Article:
I enjoy knitting.  I like cutting steeks and turning the heel on a sock. I’ll happily knit with different colours, stranding the wool across the back of the work, though I’m bad at planning and just wing it on the needles, but when it comes to fancy stitches I duck out. Really, does that jumper need a cabled pattern? I convince myself it will look just fine without. A fancy cowl neck, a picot hem or lace pattern? No chance.

I start sewing projects with enthusiasm but alas, I shall never be as talented as my mother, which is why I mainly knit and don’t sew. Last summer I had a little phase of sewing. I converted an old skirt into a top with surprising success and then bought some fabric to make another top using the same pattern. I’m not sure what I managed to do, but the top came out too short, so not quite such a success. The skirt I made was alright to wear if there was nothing else clean in the wardrobe but the fabric I bought to make a dress is still unsullied by scissors and needle, neatly folded away.

This is a rather long winded way to say that I’m joining in the Stitched Journal Project. To quote Alex “It is a project to get the ideas flowing, to process the days in a creative way, to try new techniques and to push past fears that keep us from making something.  It isn’t about perfection, or getting it “just right,” it is about process and perspective.

I’m mentioning it, because I thought you might be tempted to join in too. I’m going to use it to widen my horizons; to try the things I usually ignore. Expand my knitting beyond plain rows of knit and purl, do a little creative sewing along the way, maybe some crochet or rug making. Who knows.  I’ve dragged out my “Complete Book of Needlecrafts” and “Book of Knitting Stitches”. I’ve sorted my knitting needles into pairs, my sewing machine is dusted down and I’m ready for action. I don’t suppose for one minute that I’ll actually put everything into a real journal; it will probably just get stuffed in a box. Or maybe I’ll just make it into a digital journal. Oh, how easy that is to type. I have absolutely no idea what a digital journal is.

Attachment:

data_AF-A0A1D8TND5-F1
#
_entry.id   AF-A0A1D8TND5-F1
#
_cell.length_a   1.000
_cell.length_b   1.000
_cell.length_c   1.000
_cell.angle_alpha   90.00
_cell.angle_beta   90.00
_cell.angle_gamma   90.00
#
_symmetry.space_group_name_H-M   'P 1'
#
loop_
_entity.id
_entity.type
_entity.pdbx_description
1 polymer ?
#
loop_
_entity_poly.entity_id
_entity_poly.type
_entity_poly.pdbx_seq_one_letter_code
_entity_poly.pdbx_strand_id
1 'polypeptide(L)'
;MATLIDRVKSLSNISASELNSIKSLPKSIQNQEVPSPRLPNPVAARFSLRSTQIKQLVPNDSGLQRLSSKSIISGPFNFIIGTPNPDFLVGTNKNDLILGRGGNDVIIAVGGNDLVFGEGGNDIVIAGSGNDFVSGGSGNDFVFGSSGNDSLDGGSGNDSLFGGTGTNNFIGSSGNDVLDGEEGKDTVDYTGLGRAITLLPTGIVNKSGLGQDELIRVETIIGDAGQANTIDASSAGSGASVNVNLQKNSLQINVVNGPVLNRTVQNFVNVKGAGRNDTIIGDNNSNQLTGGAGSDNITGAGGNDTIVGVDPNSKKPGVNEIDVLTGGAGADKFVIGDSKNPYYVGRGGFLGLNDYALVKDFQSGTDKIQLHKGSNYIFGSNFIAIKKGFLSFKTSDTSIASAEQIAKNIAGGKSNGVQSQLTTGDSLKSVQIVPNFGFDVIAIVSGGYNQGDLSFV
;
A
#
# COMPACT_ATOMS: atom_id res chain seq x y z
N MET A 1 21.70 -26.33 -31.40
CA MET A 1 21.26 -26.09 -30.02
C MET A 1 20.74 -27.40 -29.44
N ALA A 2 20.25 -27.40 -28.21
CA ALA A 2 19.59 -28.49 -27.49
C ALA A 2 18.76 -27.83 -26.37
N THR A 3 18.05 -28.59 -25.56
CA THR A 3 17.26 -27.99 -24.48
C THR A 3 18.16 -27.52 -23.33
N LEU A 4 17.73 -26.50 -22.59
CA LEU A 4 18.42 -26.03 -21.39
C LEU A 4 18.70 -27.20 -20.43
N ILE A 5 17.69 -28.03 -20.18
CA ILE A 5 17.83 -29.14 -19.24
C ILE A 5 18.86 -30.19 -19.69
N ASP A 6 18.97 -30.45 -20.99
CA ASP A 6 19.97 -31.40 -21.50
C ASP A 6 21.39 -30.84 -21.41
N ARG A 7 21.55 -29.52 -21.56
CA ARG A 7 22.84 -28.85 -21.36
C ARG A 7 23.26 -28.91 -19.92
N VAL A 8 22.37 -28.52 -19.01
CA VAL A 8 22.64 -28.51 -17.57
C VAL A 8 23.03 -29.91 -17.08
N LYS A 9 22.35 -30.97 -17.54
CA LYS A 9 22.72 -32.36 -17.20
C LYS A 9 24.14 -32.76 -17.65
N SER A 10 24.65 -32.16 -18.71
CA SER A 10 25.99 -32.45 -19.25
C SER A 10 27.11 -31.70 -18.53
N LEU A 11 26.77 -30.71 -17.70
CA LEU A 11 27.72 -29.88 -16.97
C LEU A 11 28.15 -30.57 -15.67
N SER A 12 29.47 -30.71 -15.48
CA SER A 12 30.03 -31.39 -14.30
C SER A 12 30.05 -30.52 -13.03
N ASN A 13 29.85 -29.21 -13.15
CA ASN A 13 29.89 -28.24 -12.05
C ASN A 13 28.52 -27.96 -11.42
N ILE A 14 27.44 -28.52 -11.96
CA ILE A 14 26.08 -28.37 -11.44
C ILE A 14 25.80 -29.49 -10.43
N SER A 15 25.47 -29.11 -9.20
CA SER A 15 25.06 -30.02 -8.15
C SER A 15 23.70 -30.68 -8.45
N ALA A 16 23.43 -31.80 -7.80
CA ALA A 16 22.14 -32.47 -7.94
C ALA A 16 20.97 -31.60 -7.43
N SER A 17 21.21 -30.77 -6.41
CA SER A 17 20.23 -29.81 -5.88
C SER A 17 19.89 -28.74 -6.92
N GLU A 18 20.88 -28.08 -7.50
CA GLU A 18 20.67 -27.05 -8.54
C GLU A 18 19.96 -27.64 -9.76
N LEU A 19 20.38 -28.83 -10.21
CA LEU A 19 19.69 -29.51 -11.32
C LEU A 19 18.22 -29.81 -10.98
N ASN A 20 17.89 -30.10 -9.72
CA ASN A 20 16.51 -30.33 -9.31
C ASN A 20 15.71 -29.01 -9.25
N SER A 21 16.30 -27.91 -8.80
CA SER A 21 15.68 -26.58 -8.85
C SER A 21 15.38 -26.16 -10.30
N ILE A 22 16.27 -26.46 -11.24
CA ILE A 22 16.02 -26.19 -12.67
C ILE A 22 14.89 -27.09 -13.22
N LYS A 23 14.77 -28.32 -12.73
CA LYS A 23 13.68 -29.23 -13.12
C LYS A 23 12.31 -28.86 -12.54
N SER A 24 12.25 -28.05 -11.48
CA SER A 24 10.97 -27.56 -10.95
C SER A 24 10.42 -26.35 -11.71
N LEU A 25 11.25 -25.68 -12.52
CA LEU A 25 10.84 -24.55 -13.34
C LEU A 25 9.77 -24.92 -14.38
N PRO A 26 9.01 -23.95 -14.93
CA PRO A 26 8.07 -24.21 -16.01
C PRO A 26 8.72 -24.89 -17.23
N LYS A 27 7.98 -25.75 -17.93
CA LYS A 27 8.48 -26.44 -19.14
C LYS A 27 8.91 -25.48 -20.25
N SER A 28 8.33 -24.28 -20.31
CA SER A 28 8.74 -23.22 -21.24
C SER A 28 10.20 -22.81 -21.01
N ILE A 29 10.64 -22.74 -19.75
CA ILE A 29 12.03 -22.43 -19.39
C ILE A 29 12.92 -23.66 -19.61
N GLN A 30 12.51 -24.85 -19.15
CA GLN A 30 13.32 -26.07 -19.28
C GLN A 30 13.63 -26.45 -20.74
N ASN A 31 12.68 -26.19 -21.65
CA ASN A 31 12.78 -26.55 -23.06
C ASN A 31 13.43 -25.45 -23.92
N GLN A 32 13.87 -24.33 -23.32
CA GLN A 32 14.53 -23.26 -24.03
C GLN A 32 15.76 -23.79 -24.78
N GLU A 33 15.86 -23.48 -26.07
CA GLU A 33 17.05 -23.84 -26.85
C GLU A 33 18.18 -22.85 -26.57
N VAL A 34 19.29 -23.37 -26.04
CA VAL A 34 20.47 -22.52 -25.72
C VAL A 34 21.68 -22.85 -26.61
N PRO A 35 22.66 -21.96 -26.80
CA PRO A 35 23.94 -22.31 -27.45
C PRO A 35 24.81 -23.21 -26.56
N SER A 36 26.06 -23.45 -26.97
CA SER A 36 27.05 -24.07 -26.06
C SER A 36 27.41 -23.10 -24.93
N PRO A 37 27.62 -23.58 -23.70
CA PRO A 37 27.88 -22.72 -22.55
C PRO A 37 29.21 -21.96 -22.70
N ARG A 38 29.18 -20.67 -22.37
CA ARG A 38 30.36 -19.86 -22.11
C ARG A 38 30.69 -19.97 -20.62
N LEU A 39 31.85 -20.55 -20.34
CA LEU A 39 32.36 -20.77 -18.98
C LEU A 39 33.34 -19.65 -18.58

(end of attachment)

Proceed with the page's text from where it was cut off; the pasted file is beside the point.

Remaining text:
Warm feet again

For years I thought that socks were just too difficult to knit, with all that talk of turning heels and managing five needles but then I found a pattern and sat down with a ball of sock wool, several needles and a stiff gin and knitted a pair of serviceable socks.  I wore them a few times but over the summer they slipped to the back of the drawer where they sat forgotten for a couple of years.  Until last month.  I spend December standing in a cold barn selling Christmas trees and I was so fed up with thin cotton socks that didn’t keep my feet warm or beautiful cashmere socks that cost a bomb and wore out in no time that I searched out my hand knitted socks. Aah, the joy of warm feet again.

In a fit of enthusiasm after my last sock making I’d bought more wool (seduced by the colours) and a book of patterns Cool Socks Warm Feet, so I hauled them out and started knitting. The blue socks are made with hand dyed 70% Blue Faced Leicester wool 30% nylon from The Bear Necessities and the multi coloured from Regia wool. They all have different heels but I prefer the heel on the blue socks to the red garter stitch heel on one of the multi coloured pairs and I abandoned the Turkish heel as it seemed too bulky.

It seems that turning a heel is straight forward if I read the instructions, though I’ve learnt that I can’t turn a heel while watching Sherlock on TV as there’s too much to take in on both counts.  But socks are quick to knit, warm to wear and it doesn’t matter if they’re not perfect as nobody else will see them close up anyway.